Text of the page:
During his ordeal, Job is stripped down to essentials – all his pretenses and assumptions destroyed.  Only then is he ready to encounter the living God.  There is a very clear connection here with the ordeal of the Cross.   To enter the Kingdom, you have to arrive at a point of being willing and able to see through the futility and foolishness of this life and into a new reality.  Both Job and Jesus are portrayed as entering that “new creation.”

The poet May Sarton says:

Now I become myself. It’s taken
Time, many years and places;
I have been dissolved and shaken,
Worn other people’s faces . . .

The masks we fashion in youth, the ones we think we need to convince the world we are acceptable, are masks that need to be changed.   Sometimes many changes happen before we find the right one, the one that is truly who we are, and with that face, and only with that face, can we stand in the face of the living God.

The Rev. Grant Rodgers+

RCL appointed readings:


Job 42:1-6, 10-17 Then Job answered the LORD: “I know that you can do all things, and that no purpose of yours can be thwarted.  ‘Who is this that hides counsel without knowledge?’ Therefore I have uttered what I did not understand, things too wonderful for me, which I did not know.  ‘Hear, and I will speak; I will question you, and you declare to me.’  I had heard of you by the hearing of the ear, but now my eye sees you;  therefore I despise myself, and repent in dust and ashes.”  And the LORD restored the fortunes of Job when he had prayed for his friends; and the LORD gave Job twice as much as he had before.   Then there came to him all his brothers and sisters and all who had known him before, and they ate bread with him in his house; they showed him sympathy and comforted him for all the evil that the LORD had brought upon him; and each of them gave him a piece of money and a gold ring.  The LORD blessed the latter days of Job more than his beginning; and he had fourteen thousand sheep, six thousand camels, a thousand yoke of oxen, and a thousand donkeys.  He also had seven sons and three daughters.  He named the first Jemimah, the second Keziah, and the third Keren-happuch.  In all the land there were no women so beautiful as Job’s daughters; and their father gave them an inheritance along with their brothers.  After this Job lived one hundred and forty years, and saw his children, and his children’s children, four generations.  And Job died, old and full of days.

Psalm 34:1-8, (19-22)  I will bless the LORD at all times; his praise shall continually be in my mouth.  My soul makes its boast in the LORD; let the humble hear and be glad.  O magnify the LORD with me, and let us exalt his name together.  I sought the LORD, and he answered me, and delivered me from all my fears.  Look to him, and be radiant; so your faces shall never be ashamed.  This poor soul cried, and was heard by the LORD, and was saved from every trouble.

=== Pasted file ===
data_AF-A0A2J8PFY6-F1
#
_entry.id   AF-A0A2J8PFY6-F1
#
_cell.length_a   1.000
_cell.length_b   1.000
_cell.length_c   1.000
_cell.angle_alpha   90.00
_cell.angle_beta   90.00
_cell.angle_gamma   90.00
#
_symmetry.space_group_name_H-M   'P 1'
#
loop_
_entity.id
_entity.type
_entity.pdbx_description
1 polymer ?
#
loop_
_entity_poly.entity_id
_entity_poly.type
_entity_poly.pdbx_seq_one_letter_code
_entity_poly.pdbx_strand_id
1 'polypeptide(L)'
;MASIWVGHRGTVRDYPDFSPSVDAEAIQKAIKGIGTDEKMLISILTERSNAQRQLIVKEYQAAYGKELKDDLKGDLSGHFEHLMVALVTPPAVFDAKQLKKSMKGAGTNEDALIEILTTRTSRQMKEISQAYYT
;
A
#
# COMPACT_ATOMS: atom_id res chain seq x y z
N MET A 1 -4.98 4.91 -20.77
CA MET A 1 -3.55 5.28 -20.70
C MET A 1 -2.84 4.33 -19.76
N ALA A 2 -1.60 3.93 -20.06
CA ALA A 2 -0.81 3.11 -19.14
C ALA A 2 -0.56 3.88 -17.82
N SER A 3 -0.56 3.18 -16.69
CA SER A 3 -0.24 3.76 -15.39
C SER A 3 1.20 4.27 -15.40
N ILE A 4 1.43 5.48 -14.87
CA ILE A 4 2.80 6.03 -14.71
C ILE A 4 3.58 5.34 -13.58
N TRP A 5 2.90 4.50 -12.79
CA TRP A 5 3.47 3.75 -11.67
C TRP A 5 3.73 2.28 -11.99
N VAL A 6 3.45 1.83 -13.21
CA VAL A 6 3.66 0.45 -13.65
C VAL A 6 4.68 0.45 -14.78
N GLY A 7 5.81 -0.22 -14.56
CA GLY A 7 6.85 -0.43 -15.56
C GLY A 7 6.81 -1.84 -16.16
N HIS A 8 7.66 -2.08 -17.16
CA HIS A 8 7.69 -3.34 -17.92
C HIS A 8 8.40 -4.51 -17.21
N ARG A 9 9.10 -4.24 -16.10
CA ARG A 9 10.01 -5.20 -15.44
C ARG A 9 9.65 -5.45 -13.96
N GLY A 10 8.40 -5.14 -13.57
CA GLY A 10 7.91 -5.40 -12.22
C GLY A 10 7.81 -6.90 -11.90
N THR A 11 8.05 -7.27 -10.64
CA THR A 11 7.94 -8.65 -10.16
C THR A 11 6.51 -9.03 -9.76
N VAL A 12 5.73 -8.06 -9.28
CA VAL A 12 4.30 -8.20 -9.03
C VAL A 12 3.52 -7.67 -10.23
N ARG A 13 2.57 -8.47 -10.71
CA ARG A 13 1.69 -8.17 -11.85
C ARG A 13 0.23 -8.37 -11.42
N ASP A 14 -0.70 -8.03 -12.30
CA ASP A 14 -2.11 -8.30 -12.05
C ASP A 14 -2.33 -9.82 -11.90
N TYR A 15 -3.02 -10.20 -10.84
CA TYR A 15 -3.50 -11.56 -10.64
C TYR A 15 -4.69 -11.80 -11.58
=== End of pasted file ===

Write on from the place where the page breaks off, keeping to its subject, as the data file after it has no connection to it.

The angel of the LORD encamps around those who fear him, and delivers them.  O taste and see that the LORD is good; happy are those who take refuge in him.   Many are the afflictions of the righteous, but the LORD rescues them from them all.  He keeps all their bones; not one of them will be broken.  Evil brings death to the wicked, and those who hate the righteous will be condemned.  The LORD redeems the life of his servants; none of those who take refuge in him will be condemned.

Hebrews 7:23-23 Furthermore, the former priests were many in number, because they were prevented by death from continuing in office;  but he holds his priesthood permanently, because he continues forever.  Consequently he is able for all time to save those who approach God through him, since he always lives to make intercession for them.  For it was fitting that we should have such a high priest, holy, blameless, undefiled, separated from sinners, and exalted above the heavens.  Unlike the other high priests, he has no need to offer sacrifices day after day, first for his own sins, and then for those of the people; this he did once for all when he offered himself.  For the law appoints as high priests those who are subject to weakness, but the word of the oath, which came later than the law, appoints a Son who has been made perfect forever.



Mark 10:46-52 They came to Jericho. As he and his disciples and a large crowd were leaving Jericho, Bartimaeus son of Timaeus, a blind beggar, was sitting by the roadside.   When he heard that it was Jesus of Nazareth, he began to shout out and say, “Jesus, Son of David, have mercy on me!”   Many sternly ordered him to be quiet, but he cried out even more loudly, “Son of David, have mercy on me!”   Jesus stood still and said, “Call him here.” And they called the blind man, saying to him, “Take heart; get up, he is calling you.”  So throwing off his cloak, he sprang up and came to Jesus.  Then Jesus said to him, “What do you want me to do for you?” The blind man said to him, “My teacher, let me see again.”  Jesus said to him, “Go; your faith has made you well.” Immediately he regained his sight and followed him on the way.


%d bloggers like this: